Physiotherapy is a profession – not a treatment. As many professions do, there are multiple specialisms, in which Chartered Physiotherapists train, and work in for years to develop their clinical excellence. Physiotherapy is about helping people, or animals (if trained), in maintaining their health and well-being, through education, movement, exercise, strength and conditioning, manual therapy and electrotherapy. Our aims are to encourage development, facilitate recovery and enable individuals to remain independent for as long as possible. This is a science-based profession, and through rigorous training and clinical placement, we ensure we have experience in:
- Musculoskeletal (bones and soft tissues)
- Neurological (nerves, brain and spinal cord)
- Respiratory (lungs and breathing)
- Cardiovascular (heart, veins and arteries)
This is all before we select the specialism we choose to build our experience.
Physiotherapist or Physical Therapist, or providing the provision of Physiotherapy, is a legally protected title by the Health and Care Professions Council (HCPC). Unfortunately, as soon as the word ‘animal’ or ‘veterinary’ is placed in-front, it is no longer protected. We study and train for years to develop clinical reasoning. This helps us to establish an awareness of normal, and most importantly, abnormal tissue or joint feel. We recognise ‘red flags’ – warning signs of serious pathology, but also have the understanding of signs that are less serious in nature. This is why we are utilised in every area of the NHS, from hospitals, outpatient clinics, and specialist centres in Neurological Rehabilitation, Trauma and Orthopaedics, Elderly Care and Oncology.
So what does a Physiotherapist do?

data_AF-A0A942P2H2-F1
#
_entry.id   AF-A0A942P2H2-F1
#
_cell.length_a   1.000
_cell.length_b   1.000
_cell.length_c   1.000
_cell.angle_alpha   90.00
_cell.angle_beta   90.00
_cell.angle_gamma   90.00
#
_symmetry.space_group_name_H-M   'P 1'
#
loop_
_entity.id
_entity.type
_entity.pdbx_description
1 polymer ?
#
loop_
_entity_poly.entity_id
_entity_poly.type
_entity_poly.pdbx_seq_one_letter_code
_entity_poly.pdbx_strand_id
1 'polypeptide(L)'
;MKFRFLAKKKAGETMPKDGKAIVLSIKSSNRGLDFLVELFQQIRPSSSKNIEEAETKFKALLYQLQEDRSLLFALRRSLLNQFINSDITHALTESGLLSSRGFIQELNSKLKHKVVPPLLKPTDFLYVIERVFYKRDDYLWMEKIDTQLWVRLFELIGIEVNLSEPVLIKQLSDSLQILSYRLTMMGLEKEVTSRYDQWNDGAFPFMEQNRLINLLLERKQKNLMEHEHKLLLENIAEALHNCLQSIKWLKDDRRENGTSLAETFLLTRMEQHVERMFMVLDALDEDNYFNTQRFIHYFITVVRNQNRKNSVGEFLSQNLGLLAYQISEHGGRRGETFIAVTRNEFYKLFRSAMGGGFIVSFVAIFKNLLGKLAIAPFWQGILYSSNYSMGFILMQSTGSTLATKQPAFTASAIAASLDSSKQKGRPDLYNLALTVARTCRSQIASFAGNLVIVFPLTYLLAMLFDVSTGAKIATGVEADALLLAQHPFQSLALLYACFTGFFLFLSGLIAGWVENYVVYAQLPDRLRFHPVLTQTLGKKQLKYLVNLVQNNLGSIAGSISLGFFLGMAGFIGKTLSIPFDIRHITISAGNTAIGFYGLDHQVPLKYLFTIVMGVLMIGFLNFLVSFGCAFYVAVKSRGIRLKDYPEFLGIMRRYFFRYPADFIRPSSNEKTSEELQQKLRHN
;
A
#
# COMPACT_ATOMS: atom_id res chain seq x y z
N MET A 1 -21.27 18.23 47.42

- Gait assessment – watching the individual move and walk
- Gain a subjective history – this can guide an assessment and diagnosis very crucially
- Observe specific movements
- Perform special tests on certain joints – these can assist in specifying a certain injured tissue
- Feel how the joints move through their available range of movement
- Test the muscles’ strength
- Identify certain triggers of pain
- Identify normal and abnormal soft tissue feel
- Check co-ordination and synchronization of muscle groups
- Use all of the above, and develop a clinically reasoned, evidence-based, exercise and treatment programme!
Set the standard for your animals that you would expect for yourself or a family member, and choose a Chartered Physiotherapist. They have completed at least five years training in total to specialise in assessing and treating animals, as well as humans, and commit to life-long professional development.
We are trained to assess gait, behaviour, range of movement, muscle strength, proprioception and efficiency. Injury prevention is essential for optimising performance – don’t wait until it’s too late.
Our specialism is restoring movement and function. This is perhaps the area Physiotherapy is most known for. Time isn’t always necessarily a healer, as learned non-use or compensation can occur after injury or illness. The earlier the intervention, the more modifiable the outcome.
Not every condition, injury or ailment can be changed or cured. But with optimising health and wellbeing sitting at the core of our beliefs – there are always management strategies and treatments for comfort that can help you or your animal to have the best quality of life possible.